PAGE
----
JIM NAUGHTEN — Re-enactors
November 4 — December 18, 2010
In this body of work, Naughten has photographed some of the thousands of people, who step out of their daily lives to transform into historical characters from the First and Second World Wars and re-enact battles and drills.
Naughten has investigated the phenomenon of re-enactment culture with a formal photographic rigour, that contributes to the role of photography in reinventing history. The portraits, themselves, are mostly three-quarter profile, from the legs up and with a stark, neutral backdrop. The striking detail of each image draws attention to the exactness of the costumes being worn and to the expressions of the subjects. Titled only with reference to nationality, unit and rank — nothing of the real lives of the individuals is revealed. The viewer is compelled to look and to wonder about who chooses to play a WWI Gunner, a US Medic or an SS Officer?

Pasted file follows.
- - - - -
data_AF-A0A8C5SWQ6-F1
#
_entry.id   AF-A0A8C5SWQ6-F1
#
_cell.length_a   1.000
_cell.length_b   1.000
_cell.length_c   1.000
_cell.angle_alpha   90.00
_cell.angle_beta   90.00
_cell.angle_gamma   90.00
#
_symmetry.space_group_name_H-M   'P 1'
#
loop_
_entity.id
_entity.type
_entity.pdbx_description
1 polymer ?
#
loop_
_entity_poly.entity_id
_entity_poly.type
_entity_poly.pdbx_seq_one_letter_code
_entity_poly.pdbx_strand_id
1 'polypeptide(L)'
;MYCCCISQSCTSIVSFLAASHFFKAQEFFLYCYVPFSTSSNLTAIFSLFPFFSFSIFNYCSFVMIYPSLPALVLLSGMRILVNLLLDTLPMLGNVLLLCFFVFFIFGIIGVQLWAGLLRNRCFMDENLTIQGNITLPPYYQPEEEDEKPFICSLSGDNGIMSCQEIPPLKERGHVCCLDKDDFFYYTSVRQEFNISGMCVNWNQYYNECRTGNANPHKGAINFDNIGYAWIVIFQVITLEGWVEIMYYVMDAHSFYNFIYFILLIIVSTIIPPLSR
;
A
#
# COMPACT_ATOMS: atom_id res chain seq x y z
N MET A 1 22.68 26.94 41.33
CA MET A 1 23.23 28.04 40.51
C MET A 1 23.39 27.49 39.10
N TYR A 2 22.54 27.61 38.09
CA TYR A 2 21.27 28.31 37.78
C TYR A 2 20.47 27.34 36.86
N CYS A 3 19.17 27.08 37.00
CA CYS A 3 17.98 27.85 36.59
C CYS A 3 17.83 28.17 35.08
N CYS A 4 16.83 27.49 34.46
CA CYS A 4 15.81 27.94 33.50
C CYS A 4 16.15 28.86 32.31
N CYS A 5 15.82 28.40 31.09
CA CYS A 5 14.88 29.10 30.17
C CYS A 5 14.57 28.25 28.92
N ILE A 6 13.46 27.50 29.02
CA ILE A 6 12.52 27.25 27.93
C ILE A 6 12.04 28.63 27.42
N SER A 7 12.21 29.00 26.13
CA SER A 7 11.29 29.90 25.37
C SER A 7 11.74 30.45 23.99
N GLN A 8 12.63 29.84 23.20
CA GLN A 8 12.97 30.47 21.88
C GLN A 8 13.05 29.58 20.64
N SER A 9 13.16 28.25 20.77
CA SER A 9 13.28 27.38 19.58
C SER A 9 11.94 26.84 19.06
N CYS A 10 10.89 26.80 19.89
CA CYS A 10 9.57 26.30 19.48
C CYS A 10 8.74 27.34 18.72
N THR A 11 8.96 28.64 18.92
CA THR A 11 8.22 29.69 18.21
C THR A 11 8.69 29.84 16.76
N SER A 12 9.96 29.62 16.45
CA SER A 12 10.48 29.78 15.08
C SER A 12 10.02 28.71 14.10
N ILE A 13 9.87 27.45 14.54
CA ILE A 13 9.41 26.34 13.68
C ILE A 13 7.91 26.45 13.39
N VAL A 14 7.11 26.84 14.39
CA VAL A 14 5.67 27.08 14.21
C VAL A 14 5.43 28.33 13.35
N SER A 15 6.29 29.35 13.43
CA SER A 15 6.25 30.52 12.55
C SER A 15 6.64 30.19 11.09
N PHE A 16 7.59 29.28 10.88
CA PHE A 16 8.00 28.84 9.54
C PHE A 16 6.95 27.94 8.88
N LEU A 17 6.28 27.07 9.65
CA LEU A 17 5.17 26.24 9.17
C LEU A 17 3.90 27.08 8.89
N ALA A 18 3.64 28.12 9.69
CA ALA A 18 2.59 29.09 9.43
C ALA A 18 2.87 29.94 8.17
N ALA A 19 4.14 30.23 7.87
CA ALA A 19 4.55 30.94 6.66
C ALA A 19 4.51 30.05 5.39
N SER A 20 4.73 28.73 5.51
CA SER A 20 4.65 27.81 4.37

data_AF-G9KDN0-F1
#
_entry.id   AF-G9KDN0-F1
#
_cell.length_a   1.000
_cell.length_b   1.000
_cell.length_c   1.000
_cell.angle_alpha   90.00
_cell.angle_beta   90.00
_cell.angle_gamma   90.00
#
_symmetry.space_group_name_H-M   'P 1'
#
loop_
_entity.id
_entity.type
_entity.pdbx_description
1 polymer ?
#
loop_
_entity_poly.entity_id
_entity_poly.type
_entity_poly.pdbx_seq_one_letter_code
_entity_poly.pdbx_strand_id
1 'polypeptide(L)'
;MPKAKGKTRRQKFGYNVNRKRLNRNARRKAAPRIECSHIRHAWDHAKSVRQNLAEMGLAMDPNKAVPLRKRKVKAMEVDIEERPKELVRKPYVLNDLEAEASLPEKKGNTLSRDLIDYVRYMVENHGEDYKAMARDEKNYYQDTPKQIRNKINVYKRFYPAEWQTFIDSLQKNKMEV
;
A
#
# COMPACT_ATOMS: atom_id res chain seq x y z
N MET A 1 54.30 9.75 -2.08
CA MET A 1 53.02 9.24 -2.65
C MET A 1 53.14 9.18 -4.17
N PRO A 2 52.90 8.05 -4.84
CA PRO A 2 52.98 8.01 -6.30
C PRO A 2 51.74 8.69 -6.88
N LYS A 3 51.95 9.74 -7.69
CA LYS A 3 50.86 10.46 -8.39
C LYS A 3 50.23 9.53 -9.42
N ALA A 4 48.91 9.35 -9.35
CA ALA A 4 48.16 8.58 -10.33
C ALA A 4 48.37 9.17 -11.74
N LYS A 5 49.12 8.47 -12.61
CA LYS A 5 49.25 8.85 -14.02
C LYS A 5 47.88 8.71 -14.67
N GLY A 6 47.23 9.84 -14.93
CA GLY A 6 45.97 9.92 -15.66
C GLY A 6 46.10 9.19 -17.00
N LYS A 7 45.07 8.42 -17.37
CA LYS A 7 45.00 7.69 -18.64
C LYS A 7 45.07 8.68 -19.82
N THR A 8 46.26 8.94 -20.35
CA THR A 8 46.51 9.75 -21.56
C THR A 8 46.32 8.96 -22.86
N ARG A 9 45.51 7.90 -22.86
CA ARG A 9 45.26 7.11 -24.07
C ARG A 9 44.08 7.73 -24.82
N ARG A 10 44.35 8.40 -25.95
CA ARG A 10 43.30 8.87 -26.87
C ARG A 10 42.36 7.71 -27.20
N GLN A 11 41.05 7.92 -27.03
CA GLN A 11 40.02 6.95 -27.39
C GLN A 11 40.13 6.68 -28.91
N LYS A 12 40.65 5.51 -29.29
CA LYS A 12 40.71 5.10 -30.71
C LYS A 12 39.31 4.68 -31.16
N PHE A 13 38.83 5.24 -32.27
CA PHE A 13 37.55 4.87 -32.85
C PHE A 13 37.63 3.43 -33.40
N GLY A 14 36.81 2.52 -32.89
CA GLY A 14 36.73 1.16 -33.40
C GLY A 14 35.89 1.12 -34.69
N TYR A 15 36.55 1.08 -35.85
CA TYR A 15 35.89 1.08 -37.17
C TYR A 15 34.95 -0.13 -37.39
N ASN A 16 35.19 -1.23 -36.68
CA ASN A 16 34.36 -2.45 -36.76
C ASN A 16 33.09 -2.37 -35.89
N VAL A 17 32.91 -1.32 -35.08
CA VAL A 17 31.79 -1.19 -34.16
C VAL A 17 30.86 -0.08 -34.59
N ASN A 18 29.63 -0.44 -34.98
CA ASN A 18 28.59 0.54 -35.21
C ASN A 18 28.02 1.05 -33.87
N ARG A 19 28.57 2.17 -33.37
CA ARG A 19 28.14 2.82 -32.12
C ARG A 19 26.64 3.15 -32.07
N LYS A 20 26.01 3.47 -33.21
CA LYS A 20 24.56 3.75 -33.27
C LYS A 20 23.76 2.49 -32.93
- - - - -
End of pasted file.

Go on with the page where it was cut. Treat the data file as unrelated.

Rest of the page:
Inspired by Richard Avedon’s In The American West, Naughten has stripped away the context of the participants, heightening the sense of artifice and, through photographic technique, sublimated his subjects. These flawless digital prints — that include tanks and battle scenes — chromatically echo photographs of the past, yet are undoubtedly contemporary.
Jim Naughten (b. 1969) was awarded a painting scholarship to Lancing College and later studied photography at the Arts Institute of Bournemouth (both in the UK). Naughten’s work has been featured in a number of exhibitions and he is the recipient of several awards, including a commendation from The National Portrait Gallery’s Taylor Wessing Photographic Portrait Prize. Re-enactors was published as a monograph in 2009 (Hotshoe Books) and several photographs from the series have recently been acquired by The Imperial War Museum (UK).